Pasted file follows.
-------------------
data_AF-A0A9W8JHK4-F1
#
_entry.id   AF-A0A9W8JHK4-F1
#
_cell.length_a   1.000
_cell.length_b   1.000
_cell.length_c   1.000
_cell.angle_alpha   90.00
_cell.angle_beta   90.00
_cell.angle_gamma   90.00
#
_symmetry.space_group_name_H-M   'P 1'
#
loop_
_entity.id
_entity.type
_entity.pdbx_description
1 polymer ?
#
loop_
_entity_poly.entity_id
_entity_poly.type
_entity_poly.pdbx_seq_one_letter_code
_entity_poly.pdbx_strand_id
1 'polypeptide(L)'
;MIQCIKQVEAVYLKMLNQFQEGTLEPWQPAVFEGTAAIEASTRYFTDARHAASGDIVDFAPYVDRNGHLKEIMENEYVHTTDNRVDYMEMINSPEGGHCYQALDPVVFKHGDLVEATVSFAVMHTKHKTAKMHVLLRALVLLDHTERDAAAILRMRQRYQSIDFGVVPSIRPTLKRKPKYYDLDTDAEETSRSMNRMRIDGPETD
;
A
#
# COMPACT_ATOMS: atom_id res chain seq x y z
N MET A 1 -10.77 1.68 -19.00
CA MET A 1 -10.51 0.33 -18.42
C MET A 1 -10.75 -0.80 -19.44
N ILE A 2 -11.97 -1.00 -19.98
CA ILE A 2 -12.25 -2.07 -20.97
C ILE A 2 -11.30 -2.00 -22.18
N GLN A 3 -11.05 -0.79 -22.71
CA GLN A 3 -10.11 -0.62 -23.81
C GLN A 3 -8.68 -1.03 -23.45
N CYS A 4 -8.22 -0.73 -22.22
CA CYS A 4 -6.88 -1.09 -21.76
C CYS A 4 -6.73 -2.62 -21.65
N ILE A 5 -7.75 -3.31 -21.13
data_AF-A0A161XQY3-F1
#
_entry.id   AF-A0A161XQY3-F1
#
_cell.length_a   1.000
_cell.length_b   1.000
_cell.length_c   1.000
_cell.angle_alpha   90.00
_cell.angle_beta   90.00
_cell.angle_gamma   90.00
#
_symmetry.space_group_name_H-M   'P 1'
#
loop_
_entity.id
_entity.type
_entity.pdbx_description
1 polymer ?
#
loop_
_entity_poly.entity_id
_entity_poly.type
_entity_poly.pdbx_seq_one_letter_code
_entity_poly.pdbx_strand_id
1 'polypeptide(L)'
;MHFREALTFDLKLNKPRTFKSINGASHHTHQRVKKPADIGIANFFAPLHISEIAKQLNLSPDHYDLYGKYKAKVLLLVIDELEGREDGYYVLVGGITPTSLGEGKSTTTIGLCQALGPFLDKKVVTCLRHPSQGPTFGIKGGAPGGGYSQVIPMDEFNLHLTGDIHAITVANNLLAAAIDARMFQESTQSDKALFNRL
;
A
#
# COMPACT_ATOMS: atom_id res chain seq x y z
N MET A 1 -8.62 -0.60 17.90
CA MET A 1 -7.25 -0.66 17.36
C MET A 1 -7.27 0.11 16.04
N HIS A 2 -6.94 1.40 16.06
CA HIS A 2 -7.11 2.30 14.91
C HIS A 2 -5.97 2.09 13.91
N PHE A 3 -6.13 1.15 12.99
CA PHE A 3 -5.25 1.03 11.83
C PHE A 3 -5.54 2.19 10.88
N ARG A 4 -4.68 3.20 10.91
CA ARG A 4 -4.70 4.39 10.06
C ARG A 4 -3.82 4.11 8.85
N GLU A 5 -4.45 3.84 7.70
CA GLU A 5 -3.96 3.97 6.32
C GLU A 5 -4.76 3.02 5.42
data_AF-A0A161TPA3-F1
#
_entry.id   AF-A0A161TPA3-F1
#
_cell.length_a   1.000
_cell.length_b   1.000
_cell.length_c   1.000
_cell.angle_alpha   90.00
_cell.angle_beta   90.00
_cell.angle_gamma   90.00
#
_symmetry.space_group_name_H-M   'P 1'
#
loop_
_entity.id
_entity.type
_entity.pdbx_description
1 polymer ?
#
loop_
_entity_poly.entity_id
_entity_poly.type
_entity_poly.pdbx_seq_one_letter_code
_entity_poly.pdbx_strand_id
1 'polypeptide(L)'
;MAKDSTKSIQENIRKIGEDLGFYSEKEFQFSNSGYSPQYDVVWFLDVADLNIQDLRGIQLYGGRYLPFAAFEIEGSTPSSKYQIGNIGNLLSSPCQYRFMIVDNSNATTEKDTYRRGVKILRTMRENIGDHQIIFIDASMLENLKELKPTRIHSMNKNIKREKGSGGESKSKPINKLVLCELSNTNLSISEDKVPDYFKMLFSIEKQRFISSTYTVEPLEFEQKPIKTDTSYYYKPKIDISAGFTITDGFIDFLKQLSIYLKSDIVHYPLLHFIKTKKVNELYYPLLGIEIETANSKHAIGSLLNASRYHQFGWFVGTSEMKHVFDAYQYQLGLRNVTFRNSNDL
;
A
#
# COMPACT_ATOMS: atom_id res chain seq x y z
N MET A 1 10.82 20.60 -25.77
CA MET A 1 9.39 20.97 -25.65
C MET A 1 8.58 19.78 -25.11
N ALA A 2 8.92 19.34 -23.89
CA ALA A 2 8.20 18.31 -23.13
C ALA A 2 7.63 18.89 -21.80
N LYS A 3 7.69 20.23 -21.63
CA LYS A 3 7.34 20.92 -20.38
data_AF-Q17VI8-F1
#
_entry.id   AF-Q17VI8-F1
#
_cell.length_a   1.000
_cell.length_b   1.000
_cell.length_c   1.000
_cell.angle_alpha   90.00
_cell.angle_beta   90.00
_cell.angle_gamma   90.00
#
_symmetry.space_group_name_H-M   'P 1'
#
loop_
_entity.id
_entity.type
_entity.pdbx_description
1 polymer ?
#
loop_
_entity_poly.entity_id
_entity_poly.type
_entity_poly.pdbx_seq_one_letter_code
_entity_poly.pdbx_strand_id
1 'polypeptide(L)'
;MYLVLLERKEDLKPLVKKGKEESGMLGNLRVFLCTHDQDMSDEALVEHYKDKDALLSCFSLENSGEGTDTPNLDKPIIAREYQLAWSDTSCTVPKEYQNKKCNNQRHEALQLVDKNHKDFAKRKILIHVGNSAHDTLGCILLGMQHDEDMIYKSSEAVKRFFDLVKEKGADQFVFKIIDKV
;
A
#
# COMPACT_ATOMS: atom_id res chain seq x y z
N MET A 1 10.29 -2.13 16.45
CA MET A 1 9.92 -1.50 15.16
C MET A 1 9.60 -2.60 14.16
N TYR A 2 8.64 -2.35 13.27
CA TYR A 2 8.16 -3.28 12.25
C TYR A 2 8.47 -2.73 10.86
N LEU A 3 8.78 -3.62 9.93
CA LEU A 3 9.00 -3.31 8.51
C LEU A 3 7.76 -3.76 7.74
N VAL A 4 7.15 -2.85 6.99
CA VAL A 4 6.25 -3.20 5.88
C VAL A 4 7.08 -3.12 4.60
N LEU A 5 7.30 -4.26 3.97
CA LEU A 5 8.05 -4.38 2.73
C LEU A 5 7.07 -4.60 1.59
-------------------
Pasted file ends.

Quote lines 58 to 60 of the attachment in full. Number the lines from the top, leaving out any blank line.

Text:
_entity.id
_entity.type
_entity.pdbx_description